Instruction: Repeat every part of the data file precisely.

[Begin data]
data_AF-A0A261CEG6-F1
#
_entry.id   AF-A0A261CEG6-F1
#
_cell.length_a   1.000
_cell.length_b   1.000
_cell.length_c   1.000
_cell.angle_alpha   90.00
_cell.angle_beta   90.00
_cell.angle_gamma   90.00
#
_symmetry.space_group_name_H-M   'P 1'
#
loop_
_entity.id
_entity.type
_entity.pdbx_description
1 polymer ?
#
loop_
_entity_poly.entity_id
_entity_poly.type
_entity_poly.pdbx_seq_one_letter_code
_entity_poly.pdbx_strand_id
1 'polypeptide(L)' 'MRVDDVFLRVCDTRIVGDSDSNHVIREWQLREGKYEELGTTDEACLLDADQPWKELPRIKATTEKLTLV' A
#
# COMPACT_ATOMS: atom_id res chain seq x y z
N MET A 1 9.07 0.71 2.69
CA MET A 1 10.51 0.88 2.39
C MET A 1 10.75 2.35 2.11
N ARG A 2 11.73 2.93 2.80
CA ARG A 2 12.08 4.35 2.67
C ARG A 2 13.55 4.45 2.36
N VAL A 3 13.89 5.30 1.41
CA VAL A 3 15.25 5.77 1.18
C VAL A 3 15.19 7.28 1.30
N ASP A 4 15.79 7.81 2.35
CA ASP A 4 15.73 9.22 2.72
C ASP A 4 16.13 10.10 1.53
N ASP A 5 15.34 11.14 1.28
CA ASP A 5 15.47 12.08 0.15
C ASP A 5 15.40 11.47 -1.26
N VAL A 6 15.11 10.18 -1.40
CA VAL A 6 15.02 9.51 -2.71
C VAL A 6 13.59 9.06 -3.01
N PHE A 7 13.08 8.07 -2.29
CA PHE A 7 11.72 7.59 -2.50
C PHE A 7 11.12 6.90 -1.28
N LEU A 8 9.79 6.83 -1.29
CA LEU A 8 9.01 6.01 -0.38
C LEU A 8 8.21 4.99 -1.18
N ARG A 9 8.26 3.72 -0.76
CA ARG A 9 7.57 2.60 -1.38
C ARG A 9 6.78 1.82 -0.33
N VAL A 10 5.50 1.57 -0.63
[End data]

data_AF-A0A261CEG6-F1
#
_entry.id   AF-A0A261CEG6-F1
#
_cell.length_a   1.000
_cell.length_b   1.000
_cell.length_c   1.000
_cell.angle_alpha   90.00
_cell.angle_beta   90.00
_cell.angle_gamma   90.00
#
_symmetry.space_group_name_H-M   'P 1'
#
loop_
_entity.id
_entity.type
_entity.pdbx_description
1 polymer ?
#
loop_
_entity_poly.entity_id
_entity_poly.type
_entity_poly.pdbx_seq_one_letter_code
_entity_poly.pdbx_strand_id
1 'polypeptide(L)' 'MRVDDVFLRVCDTRIVGDSDSNHVIREWQLREGKYEELGTTDEACLLDADQPWKELPRIKATTEKLTLV' A
#
# COMPACT_ATOMS: atom_id res chain seq x y z
N MET A 1 9.07 0.71 2.69
CA MET A 1 10.51 0.88 2.39
C MET A 1 10.75 2.35 2.11
N ARG A 2 11.73 2.93 2.80
CA ARG A 2 12.08 4.35 2.67
C ARG A 2 13.55 4.45 2.36
N VAL A 3 13.89 5.30 1.41
CA VAL A 3 15.25 5.77 1.18
C VAL A 3 15.19 7.28 1.30
N ASP A 4 15.79 7.81 2.35
CA ASP A 4 15.73 9.22 2.72
C ASP A 4 16.13 10.10 1.53
N ASP A 5 15.34 11.14 1.28
CA ASP A 5 15.47 12.08 0.15
C ASP A 5 15.40 11.47 -1.26
N VAL A 6 15.11 10.18 -1.40
CA VAL A 6 15.02 9.51 -2.71
C VAL A 6 13.59 9.06 -3.01
N PHE A 7 13.08 8.07 -2.29
CA PHE A 7 11.72 7.59 -2.50
C PHE A 7 11.12 6.90 -1.28
N LEU A 8 9.79 6.83 -1.29
CA LEU A 8 9.01 6.01 -0.38
C LEU A 8 8.21 4.99 -1.18
N ARG A 9 8.26 3.72 -0.76
CA ARG A 9 7.57 2.60 -1.38
C ARG A 9 6.78 1.82 -0.33
N VAL A 10 5.50 1.57 -0.63